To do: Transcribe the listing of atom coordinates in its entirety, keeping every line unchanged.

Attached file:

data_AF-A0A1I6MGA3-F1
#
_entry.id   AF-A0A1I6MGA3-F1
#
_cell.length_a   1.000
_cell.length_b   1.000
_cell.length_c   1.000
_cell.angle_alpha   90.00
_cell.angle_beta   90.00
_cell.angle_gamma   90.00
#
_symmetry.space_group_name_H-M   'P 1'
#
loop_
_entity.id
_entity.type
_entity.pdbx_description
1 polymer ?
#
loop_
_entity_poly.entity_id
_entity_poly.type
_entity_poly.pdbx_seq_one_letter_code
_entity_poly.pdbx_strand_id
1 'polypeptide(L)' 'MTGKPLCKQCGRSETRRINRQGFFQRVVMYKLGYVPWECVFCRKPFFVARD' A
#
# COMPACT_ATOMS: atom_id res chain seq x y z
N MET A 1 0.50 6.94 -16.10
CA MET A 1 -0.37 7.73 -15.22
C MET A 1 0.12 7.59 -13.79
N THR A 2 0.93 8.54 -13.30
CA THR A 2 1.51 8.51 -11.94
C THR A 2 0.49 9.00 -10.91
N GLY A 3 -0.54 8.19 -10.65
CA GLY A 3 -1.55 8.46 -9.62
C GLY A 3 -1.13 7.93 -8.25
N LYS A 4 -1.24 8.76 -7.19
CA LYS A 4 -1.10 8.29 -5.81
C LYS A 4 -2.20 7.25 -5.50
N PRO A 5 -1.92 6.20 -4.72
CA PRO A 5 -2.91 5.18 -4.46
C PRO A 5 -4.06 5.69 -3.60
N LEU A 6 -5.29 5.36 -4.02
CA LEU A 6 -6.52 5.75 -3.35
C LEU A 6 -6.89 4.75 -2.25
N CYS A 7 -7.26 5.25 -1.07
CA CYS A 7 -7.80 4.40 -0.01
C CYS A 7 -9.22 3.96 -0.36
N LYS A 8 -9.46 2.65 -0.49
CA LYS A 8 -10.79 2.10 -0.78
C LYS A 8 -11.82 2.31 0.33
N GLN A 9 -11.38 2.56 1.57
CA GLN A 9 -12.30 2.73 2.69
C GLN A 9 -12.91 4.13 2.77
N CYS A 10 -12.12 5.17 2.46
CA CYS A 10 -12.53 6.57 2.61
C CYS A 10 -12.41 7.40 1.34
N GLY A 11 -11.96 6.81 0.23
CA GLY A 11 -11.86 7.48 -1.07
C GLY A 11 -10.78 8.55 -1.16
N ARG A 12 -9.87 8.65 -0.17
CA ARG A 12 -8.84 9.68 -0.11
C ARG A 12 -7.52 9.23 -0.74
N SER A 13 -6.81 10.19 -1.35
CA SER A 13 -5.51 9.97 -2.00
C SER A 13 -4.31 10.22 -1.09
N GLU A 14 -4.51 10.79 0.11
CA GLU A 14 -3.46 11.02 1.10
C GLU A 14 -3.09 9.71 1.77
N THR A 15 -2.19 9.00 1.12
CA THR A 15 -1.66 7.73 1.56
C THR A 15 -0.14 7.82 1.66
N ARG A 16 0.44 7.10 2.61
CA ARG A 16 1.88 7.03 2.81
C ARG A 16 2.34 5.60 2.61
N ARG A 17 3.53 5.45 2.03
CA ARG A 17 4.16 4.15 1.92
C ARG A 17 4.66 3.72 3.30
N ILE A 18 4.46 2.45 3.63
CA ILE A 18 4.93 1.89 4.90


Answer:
data_AF-A0A1I6MGA3-F1
#
_entry.id   AF-A0A1I6MGA3-F1
#
_cell.length_a   1.000
_cell.length_b   1.000
_cell.length_c   1.000
_cell.angle_alpha   90.00
_cell.angle_beta   90.00
_cell.angle_gamma   90.00
#
_symmetry.space_group_name_H-M   'P 1'
#
loop_
_entity.id
_entity.type
_entity.pdbx_description
1 polymer ?
#
loop_
_entity_poly.entity_id
_entity_poly.type
_entity_poly.pdbx_seq_one_letter_code
_entity_poly.pdbx_strand_id
1 'polypeptide(L)' 'MTGKPLCKQCGRSETRRINRQGFFQRVVMYKLGYVPWECVFCRKPFFVARD' A
#
# COMPACT_ATOMS: atom_id res chain seq x y z
N MET A 1 0.50 6.94 -16.10
CA MET A 1 -0.37 7.73 -15.22
C MET A 1 0.12 7.59 -13.79
N THR A 2 0.93 8.54 -13.30
CA THR A 2 1.51 8.51 -11.94
C THR A 2 0.49 9.00 -10.91
N GLY A 3 -0.54 8.19 -10.65
CA GLY A 3 -1.55 8.46 -9.62
C GLY A 3 -1.13 7.93 -8.25
N LYS A 4 -1.24 8.76 -7.19
CA LYS A 4 -1.10 8.29 -5.81
C LYS A 4 -2.20 7.25 -5.50
N PRO A 5 -1.92 6.20 -4.72
CA PRO A 5 -2.91 5.18 -4.46
C PRO A 5 -4.06 5.69 -3.60
N LEU A 6 -5.29 5.36 -4.02
CA LEU A 6 -6.52 5.75 -3.35
C LEU A 6 -6.89 4.75 -2.25
N CYS A 7 -7.26 5.25 -1.07
CA CYS A 7 -7.80 4.40 -0.01
C CYS A 7 -9.22 3.96 -0.36
N LYS A 8 -9.46 2.65 -0.49
CA LYS A 8 -10.79 2.10 -0.78
C LYS A 8 -11.82 2.31 0.33
N GLN A 9 -11.38 2.56 1.57
CA GLN A 9 -12.30 2.73 2.69
C GLN A 9 -12.91 4.13 2.77
N CYS A 10 -12.12 5.17 2.46
CA CYS A 10 -12.53 6.57 2.61
C CYS A 10 -12.41 7.40 1.34
N GLY A 11 -11.96 6.81 0.23
CA GLY A 11 -11.86 7.48 -1.07
C GLY A 11 -10.78 8.55 -1.16
N ARG A 12 -9.87 8.65 -0.17
CA ARG A 12 -8.84 9.68 -0.11
C ARG A 12 -7.52 9.23 -0.74
N SER A 13 -6.81 10.19 -1.35
CA SER A 13 -5.51 9.97 -2.00
C SER A 13 -4.31 10.22 -1.09
N GLU A 14 -4.51 10.79 0.11
CA GLU A 14 -3.46 11.02 1.10
C GLU A 14 -3.09 9.71 1.77
N THR A 15 -2.19 9.00 1.12
CA THR A 15 -1.66 7.73 1.56
C THR A 15 -0.14 7.82 1.66
N ARG A 16 0.44 7.10 2.61
CA ARG A 16 1.88 7.03 2.81
C ARG A 16 2.34 5.60 2.61
N ARG A 17 3.53 5.45 2.03
CA ARG A 17 4.16 4.15 1.92
C ARG A 17 4.66 3.72 3.30
N ILE A 18 4.46 2.45 3.63
CA ILE A 18 4.93 1.89 4.90